Latest News & Press

What is ICP-MS?

Published: 15th March 2019

What is ICP-MS?

By Dr Belen Morales, Head of Analytical Services

Inductively Coupled Mass Spectrometry (ICP-MS) is an instrumental technique which was first introduced in the early 1980’s to determine elemental content of water samples at trace levels. Over recent years new developments have eliminated the original disadvantages and expanded its use to a broad range of industries such as: Environmental, Medical, Pharmaceutical, Food, Agriculture, Metal Manufacturing, Geological, Nuclear, Forensics, Semiconductor, Chemical and Petrochemical.

ICP-MS uses a high ionization energy (plasma) to produce elemental ions from liquid samples. These positive ions are separated and quantified based on their mass to charge ratio using a mass spectrometer.

There are five stages during ICP-MS analysis:

1. Sample Introduction

Liquid or digested samples are converted into an aerosol using a nebulizer which sprays directly into a cyclonic spray chamber. This allows a considerable number of smaller droplets to enter the torch while discarding the larger droplets which can cause difficulties if allowed to pass into the torch.

2. Ion Generation

The plasma is generated by passing argon gas through a quartz torch. Wrapped around the torch is a radio frequency (RF) coil, which has a high power, high frequency electric current passed through it. The current creates an intense magnetic field which enables collisions between free electrons and argon atoms to occur generating the plasma (7500 K). When exposed to the plasma the aerosol sample is dried, decomposed, vaporized, atomised and then ionised.

3. Ion Focusing

A series of cones are present at the interface each with very small orifices (1mm). Depending on the design of the instrument the ions can then enter directly into the vacuum or are focused through a series of electrostatic lenses into a compact beam. Both of these factors enable the ions to pass from atmospheric pressure in the plasma to very low pressure in the filtering quadrupole.

4. Vacuum

The vacuum ensures the ions do not collide with any gas molecules during the journey from the interface to the detector. This is achieved through the use of a turbo-molecular pump and a roughing pump.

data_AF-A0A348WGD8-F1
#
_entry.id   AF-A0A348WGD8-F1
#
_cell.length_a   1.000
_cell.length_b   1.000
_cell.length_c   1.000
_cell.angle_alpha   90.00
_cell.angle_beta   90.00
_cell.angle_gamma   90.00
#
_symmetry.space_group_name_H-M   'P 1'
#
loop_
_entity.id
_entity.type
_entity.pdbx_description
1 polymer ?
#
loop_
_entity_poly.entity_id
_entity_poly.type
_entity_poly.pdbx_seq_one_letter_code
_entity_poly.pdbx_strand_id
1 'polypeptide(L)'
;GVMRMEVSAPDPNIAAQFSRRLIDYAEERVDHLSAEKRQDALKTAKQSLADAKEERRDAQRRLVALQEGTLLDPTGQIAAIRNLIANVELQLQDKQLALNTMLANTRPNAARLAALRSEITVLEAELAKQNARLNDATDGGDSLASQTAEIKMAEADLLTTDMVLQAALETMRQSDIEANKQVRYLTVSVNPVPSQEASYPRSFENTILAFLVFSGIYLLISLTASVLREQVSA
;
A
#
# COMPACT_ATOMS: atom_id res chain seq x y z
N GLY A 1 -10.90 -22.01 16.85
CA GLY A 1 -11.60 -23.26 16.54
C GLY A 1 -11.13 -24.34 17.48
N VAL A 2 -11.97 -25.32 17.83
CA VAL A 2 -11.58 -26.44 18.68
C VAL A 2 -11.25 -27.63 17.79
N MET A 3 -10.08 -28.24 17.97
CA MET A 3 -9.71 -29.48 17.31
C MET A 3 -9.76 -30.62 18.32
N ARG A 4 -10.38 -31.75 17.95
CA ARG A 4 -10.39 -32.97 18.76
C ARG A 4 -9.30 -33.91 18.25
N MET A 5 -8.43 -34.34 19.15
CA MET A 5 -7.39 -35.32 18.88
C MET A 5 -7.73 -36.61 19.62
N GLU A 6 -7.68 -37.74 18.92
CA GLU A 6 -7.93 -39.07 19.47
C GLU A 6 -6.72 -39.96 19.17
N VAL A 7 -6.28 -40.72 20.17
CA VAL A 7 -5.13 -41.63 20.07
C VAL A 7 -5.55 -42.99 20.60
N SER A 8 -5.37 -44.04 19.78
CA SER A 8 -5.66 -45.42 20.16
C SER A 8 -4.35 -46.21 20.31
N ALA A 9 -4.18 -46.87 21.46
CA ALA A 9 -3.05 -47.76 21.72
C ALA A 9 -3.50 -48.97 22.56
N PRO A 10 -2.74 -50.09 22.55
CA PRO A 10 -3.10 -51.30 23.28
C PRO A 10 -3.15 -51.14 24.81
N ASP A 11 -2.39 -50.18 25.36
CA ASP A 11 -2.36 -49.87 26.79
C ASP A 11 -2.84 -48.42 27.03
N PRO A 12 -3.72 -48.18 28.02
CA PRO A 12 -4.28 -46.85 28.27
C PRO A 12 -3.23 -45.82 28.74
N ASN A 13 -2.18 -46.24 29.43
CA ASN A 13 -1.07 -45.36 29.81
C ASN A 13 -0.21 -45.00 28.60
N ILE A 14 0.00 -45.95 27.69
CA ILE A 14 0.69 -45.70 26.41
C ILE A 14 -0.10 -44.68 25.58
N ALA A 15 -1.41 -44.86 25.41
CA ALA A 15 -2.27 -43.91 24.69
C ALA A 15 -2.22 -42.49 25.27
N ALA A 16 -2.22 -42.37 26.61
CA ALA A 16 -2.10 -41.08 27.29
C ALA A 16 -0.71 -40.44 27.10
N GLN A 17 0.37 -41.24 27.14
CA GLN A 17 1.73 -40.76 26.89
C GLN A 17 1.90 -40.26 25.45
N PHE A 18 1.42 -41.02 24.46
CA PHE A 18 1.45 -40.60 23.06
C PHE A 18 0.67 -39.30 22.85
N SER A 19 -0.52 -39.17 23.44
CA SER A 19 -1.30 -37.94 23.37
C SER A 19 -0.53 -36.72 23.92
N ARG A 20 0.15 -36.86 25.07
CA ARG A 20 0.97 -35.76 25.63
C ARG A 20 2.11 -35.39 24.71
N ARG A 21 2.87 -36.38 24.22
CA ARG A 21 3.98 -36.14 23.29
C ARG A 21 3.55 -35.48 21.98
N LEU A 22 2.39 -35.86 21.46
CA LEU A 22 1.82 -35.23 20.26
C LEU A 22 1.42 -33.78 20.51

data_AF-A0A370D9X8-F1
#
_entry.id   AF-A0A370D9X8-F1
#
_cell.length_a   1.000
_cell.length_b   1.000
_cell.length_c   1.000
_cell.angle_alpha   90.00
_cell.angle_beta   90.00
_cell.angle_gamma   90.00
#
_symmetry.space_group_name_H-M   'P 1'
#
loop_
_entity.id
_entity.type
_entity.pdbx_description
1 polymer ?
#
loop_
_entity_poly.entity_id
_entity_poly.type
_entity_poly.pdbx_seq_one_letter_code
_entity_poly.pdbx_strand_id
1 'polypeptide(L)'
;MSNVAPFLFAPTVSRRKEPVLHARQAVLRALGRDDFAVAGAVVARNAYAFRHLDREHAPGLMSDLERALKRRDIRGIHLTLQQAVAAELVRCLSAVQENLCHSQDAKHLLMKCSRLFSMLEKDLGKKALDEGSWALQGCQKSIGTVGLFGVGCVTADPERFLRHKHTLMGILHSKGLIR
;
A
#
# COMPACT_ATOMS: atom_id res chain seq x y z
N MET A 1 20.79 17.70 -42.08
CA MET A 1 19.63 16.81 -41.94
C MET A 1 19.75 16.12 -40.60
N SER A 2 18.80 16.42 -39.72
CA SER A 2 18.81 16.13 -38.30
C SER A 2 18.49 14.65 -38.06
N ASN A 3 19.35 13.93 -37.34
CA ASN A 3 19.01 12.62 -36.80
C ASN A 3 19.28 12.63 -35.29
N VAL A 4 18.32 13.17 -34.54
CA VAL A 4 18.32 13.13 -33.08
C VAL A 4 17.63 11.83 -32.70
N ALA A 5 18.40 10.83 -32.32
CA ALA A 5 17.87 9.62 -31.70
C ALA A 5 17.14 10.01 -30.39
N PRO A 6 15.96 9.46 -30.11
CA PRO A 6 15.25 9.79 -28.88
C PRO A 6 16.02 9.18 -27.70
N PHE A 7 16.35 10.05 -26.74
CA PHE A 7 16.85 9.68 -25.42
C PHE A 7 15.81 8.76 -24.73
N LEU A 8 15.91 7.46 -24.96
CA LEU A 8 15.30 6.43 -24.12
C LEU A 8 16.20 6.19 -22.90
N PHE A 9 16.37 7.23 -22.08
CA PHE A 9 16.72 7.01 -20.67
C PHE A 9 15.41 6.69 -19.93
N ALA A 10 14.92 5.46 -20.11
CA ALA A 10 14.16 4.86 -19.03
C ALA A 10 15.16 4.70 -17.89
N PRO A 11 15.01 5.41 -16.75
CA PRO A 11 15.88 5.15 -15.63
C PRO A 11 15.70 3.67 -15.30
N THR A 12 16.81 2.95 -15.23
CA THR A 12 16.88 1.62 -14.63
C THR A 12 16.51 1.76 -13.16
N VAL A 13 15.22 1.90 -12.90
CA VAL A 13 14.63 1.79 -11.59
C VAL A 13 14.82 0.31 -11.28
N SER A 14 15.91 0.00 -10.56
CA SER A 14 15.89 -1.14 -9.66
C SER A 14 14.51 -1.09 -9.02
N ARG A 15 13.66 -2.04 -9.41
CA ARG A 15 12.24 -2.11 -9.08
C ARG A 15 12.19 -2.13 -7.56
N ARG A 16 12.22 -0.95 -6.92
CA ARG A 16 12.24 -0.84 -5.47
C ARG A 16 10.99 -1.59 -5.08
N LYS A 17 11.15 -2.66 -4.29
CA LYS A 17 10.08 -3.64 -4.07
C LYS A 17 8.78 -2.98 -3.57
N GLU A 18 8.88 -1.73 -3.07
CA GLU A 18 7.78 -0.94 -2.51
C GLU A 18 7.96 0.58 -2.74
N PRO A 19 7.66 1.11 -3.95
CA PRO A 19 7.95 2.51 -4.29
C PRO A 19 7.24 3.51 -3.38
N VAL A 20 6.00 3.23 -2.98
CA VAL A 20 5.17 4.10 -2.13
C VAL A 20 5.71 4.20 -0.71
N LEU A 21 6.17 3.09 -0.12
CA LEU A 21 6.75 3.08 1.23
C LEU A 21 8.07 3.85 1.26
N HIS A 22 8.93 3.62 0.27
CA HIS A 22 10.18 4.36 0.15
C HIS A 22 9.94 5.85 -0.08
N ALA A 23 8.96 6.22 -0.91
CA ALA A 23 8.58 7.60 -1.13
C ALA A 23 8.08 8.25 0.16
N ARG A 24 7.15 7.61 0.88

5. Ion separation and measurement

The most common mass analyser used is the quadrupole which uses a combination of direct (DC) and alternating current (AC) electrical fields to separate ions based on their mass to charge ratio (m/z). The ratio of DC and AC electrical fields are fixed but the voltages can be changed to suit each m/z value. The quadrupole scans rapidly across the mass range passing each mass of interest sequentially to the electron multiplier detector. 


Advantages of using ICP-MS for Elemental Analysis;

  • Excellent detection limits

From low parts per million (mg/kg or mg/l) to parts per trillion (ppt) depending on the sample matrix.

  • High sensitivity

Mass/charge filtering reduces background interferences compared with other techniques that filter elements based on different principles.

  • Fast analysis times

Sequentially analyses elements in a sample quickly (0.1 second per analyte) due to the high speed scanning quadrupole analyser.

  • Diversity sample nature

More recent developments to ICP-MS technology now allow the instrument to analyse a variation of sample types including dissolved solids. Samples with more complex matrices can still be analysed with the use of collision or reaction gases along with high dilutions of the sample.


Analytical Services ICP-MS Service

  • A personalised and confidential service that responds sensitively to the customer’s requirements with a variety of turnaround times.
  • More than 35 years operation as a UKAS accredited Laboratory.
  • Experienced in method validation, long-term stability studies and research.


Our Current Testing

  • Food/Agricultural Testing - Food flavourings, pet feeds and bedding.
  • Healthcare and Cosmetics -Cell culture mediums, medical dressings, E-cigarettes, bone substitute and heavy metals testing.
  • Chemical- Inks, oils and synthetic compounds for medicinal chemistry and organic electronics.
  • Metals - Alloys and pure metals for trace contents.
  • Jewellery and toys - Test methods and tolerances in accordance with REACH regulation and USA procedures.


Contact us

To speak to our Analytical Team about our current testing or any new testing enquiries please do not hesitate to contact us using the details below:


Tel: 0114 2312121

The Sheffield Assay Office was established in 1773, under an Act of Parliament and today the company assays and hallmarks the precious metals - silver, gold, platinum and palladium. Sheffield Assay Office is one of only four UK assay offices who all work to uphold the Hallmarking Act of 1973 and continue to ensure consumer protection for customers purchasing precious metals.

To find out more about the whole range of services offered by Sheffield Assay Office, such as our hallmarking and analytical services, please email us at or complete the contact form on our website at,

Sign up here to all the latest news from Sheffield Assay Office direct to your inbox

« Back to all news

Contact Us